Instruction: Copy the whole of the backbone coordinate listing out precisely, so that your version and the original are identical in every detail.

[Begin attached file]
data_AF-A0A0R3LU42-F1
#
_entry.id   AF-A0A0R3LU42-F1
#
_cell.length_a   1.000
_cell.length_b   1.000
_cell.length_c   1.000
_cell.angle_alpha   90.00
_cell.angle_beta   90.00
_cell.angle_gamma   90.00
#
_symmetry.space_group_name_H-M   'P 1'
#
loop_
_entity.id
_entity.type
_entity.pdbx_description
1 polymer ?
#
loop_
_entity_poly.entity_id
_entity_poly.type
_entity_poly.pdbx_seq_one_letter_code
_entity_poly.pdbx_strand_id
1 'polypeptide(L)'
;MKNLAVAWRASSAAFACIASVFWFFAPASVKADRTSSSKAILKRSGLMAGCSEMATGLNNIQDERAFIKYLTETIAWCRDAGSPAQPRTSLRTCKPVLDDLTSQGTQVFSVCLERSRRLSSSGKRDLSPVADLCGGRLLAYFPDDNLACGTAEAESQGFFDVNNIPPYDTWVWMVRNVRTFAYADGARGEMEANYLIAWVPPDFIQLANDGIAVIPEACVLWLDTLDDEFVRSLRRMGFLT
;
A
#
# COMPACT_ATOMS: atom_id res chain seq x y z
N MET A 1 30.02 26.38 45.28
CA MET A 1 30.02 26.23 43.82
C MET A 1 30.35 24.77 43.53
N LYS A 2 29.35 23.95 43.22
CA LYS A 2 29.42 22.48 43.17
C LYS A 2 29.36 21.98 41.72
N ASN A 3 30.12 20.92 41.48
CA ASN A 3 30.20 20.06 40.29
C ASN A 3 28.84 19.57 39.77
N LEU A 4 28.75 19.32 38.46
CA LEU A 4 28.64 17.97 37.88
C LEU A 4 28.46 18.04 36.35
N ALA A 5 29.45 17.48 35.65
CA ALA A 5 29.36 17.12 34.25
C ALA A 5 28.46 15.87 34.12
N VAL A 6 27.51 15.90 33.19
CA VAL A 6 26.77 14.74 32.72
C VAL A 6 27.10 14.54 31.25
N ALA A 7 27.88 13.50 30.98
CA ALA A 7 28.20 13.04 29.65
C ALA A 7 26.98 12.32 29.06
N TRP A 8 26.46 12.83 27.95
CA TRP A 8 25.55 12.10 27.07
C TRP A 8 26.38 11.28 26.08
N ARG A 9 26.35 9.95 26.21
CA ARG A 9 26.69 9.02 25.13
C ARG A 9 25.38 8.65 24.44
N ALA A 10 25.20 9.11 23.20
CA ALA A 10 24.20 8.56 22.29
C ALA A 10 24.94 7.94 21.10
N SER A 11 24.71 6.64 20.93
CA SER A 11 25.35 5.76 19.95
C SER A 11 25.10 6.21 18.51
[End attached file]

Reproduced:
data_AF-A0A0R3LU42-F1
#
_entry.id   AF-A0A0R3LU42-F1
#
_cell.length_a   1.000
_cell.length_b   1.000
_cell.length_c   1.000
_cell.angle_alpha   90.00
_cell.angle_beta   90.00
_cell.angle_gamma   90.00
#
_symmetry.space_group_name_H-M   'P 1'
#
loop_
_entity.id
_entity.type
_entity.pdbx_description
1 polymer ?
#
loop_
_entity_poly.entity_id
_entity_poly.type
_entity_poly.pdbx_seq_one_letter_code
_entity_poly.pdbx_strand_id
1 'polypeptide(L)'
;MKNLAVAWRASSAAFACIASVFWFFAPASVKADRTSSSKAILKRSGLMAGCSEMATGLNNIQDERAFIKYLTETIAWCRDAGSPAQPRTSLRTCKPVLDDLTSQGTQVFSVCLERSRRLSSSGKRDLSPVADLCGGRLLAYFPDDNLACGTAEAESQGFFDVNNIPPYDTWVWMVRNVRTFAYADGARGEMEANYLIAWVPPDFIQLANDGIAVIPEACVLWLDTLDDEFVRSLRRMGFLT
;
A
#
# COMPACT_ATOMS: atom_id res chain seq x y z
N MET A 1 30.02 26.38 45.28
CA MET A 1 30.02 26.23 43.82
C MET A 1 30.35 24.77 43.53
N LYS A 2 29.35 23.95 43.22
CA LYS A 2 29.42 22.48 43.17
C LYS A 2 29.36 21.98 41.72
N ASN A 3 30.12 20.92 41.48
CA ASN A 3 30.20 20.06 40.29
C ASN A 3 28.84 19.57 39.77
N LEU A 4 28.75 19.32 38.46
CA LEU A 4 28.64 17.97 37.88
C LEU A 4 28.46 18.04 36.35
N ALA A 5 29.45 17.48 35.65
CA ALA A 5 29.36 17.12 34.25
C ALA A 5 28.46 15.87 34.12
N VAL A 6 27.51 15.90 33.19
CA VAL A 6 26.77 14.74 32.72
C VAL A 6 27.10 14.54 31.25
N ALA A 7 27.88 13.50 30.98
CA ALA A 7 28.20 13.04 29.65
C ALA A 7 26.98 12.32 29.06
N TRP A 8 26.46 12.83 27.95
CA TRP A 8 25.55 12.10 27.07
C TRP A 8 26.38 11.28 26.08
N ARG A 9 26.35 9.95 26.21
CA ARG A 9 26.69 9.02 25.13
C ARG A 9 25.38 8.65 24.44
N ALA A 10 25.20 9.11 23.20
CA ALA A 10 24.20 8.56 22.29
C ALA A 10 24.94 7.94 21.10
N SER A 11 24.71 6.64 20.93
CA SER A 11 25.35 5.76 19.95
C SER A 11 25.10 6.21 18.51